“I think there’s a strange balance between the past and the future,” contemplates Nicholas. “We can’t go further into the future until we’ve finished what needs to be done now, and part of that involves looking to the past again, we believe.”

“Anyway, in two centuries’ time, people are going to look at the music of this age and see Goldie and The Beach Boys as working at the same time,” adds Jean-Benoit. “Twenty years isn’t going to make much difference — most people won’t even know what came first, The Beatles or drum’n’bass.”


The pair live in twee Montmartre but record in a small studio in equally twee Versailles (as such, they call themselves members of the “Versailles posse”, which we can safely state is not exactly like the Bronx or Compton posses). Prior to Air they were in an indie band called Orange and, being Beatles fanatics through and through (they chatter excitedly about Sean Lennon’s forthcoming album, from which they heard demo tracks on a recent visit to New York), feel as much affinity for rock as the dance scene they’re supposedly a part of. “We like Supergrass, Pulp, people like that,” confirms Nicholas. “But that’s part of your British cultural tradition. If you’re from France and you tried to be like them, people would laugh at you — including the French. It’d be like you playing the accordion and wearing onions round your neck.”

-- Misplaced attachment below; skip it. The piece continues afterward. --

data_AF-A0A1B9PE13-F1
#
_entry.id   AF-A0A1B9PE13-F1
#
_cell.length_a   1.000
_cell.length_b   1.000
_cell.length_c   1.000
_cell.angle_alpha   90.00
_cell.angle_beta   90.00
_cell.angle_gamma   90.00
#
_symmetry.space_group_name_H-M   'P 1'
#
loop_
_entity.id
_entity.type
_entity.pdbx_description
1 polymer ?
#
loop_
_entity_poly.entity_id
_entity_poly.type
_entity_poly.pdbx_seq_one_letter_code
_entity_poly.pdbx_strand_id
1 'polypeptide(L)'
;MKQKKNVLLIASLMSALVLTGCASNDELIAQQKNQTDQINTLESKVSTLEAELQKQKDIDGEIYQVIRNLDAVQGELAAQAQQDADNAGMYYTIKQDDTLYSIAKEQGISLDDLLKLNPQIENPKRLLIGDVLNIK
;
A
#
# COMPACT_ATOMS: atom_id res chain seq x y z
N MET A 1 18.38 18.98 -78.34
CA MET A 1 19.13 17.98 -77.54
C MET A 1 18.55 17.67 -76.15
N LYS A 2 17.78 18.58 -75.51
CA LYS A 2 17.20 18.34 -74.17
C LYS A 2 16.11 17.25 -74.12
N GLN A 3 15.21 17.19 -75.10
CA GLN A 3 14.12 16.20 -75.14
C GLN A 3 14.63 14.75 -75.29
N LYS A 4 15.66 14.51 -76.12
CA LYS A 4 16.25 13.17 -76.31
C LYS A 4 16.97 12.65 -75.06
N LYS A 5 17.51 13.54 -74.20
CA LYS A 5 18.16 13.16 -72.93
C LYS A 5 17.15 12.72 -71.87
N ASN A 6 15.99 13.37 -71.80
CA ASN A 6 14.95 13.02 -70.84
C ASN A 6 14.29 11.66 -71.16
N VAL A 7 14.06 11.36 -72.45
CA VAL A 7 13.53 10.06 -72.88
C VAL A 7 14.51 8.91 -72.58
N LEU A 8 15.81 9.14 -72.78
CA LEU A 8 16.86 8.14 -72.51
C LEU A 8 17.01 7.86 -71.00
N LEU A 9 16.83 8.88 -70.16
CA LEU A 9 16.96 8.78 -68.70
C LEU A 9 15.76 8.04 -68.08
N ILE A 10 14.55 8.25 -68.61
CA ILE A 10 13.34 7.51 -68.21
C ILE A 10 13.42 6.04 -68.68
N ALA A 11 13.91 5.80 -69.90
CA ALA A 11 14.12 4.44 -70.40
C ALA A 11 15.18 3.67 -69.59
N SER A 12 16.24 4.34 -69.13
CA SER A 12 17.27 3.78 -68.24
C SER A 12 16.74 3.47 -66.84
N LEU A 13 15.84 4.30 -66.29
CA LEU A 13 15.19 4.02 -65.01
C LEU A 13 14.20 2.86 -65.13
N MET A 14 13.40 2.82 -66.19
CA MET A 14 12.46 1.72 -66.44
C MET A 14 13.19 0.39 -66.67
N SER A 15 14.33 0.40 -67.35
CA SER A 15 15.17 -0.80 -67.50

In a sense, their music’s more inherently French in nature than Daft Punk’s global techno — which, incidentally, Virgin released to an unsuspecting UK public at exactly this time last year. But even so, their compatriots across the Channel seem somewhat confused, with most who’ve heard of Air apparently believing they’re from the UK. This is fine, though, the duo laugh, seeing that success over here is still a prerequisite of receiving similar acclaim in their homeland.

“But it’s cool to think that art has no frontiers,” Nicholas smiles. “Not like in football.”